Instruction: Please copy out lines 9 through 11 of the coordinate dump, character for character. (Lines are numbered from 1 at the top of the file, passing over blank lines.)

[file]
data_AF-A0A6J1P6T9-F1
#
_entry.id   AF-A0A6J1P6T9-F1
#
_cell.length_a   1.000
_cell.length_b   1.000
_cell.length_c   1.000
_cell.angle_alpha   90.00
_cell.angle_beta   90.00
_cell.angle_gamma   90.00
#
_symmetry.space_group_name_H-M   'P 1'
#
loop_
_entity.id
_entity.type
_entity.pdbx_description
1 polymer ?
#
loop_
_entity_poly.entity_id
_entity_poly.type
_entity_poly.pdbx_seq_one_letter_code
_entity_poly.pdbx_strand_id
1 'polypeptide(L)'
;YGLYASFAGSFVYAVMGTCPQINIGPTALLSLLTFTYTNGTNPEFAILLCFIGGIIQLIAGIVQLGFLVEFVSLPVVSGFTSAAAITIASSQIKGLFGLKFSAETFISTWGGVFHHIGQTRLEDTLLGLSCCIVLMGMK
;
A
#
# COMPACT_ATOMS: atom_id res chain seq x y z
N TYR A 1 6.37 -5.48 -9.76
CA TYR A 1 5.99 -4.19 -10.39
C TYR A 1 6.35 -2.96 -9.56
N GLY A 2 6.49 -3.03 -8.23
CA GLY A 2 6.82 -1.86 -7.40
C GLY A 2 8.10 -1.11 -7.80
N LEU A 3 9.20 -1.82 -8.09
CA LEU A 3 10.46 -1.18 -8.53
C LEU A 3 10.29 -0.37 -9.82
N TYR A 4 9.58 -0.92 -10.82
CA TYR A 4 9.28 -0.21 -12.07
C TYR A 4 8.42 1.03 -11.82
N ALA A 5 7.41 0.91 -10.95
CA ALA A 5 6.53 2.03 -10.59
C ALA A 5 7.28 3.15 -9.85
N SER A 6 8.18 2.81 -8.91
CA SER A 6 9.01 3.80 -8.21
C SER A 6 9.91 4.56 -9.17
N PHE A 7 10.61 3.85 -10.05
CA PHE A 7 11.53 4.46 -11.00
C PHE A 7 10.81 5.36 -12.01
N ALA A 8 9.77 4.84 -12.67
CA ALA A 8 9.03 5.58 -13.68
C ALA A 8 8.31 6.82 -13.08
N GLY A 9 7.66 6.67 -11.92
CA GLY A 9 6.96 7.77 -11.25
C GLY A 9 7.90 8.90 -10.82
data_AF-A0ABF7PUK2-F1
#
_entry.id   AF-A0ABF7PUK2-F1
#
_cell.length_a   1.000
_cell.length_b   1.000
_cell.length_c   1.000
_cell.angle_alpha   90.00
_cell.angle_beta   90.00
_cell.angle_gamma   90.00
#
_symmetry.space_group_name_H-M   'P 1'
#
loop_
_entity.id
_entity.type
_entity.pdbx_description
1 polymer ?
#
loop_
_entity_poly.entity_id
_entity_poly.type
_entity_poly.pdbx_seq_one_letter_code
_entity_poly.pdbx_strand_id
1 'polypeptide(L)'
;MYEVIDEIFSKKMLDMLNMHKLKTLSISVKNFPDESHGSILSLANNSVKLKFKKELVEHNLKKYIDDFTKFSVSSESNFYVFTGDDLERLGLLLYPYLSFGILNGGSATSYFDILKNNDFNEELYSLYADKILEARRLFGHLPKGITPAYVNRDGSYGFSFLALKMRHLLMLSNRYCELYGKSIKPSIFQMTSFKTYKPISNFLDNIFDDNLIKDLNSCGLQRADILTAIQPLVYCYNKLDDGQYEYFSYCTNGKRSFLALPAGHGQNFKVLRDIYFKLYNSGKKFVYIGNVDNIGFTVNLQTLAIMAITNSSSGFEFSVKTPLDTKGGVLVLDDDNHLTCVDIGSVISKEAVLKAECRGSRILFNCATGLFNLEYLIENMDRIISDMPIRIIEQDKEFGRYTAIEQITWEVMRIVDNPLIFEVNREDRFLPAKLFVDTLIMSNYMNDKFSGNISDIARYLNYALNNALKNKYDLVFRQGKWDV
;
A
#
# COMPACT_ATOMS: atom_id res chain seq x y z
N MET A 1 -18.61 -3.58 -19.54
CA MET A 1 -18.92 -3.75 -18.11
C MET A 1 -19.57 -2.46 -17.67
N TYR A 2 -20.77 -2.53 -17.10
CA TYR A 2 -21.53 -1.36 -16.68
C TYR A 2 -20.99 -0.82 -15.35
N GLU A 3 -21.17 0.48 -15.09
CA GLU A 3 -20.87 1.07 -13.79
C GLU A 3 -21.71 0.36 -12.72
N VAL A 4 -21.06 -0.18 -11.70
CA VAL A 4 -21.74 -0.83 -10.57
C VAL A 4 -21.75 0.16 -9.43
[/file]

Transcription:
_cell.angle_beta   90.00
_cell.angle_gamma   90.00
#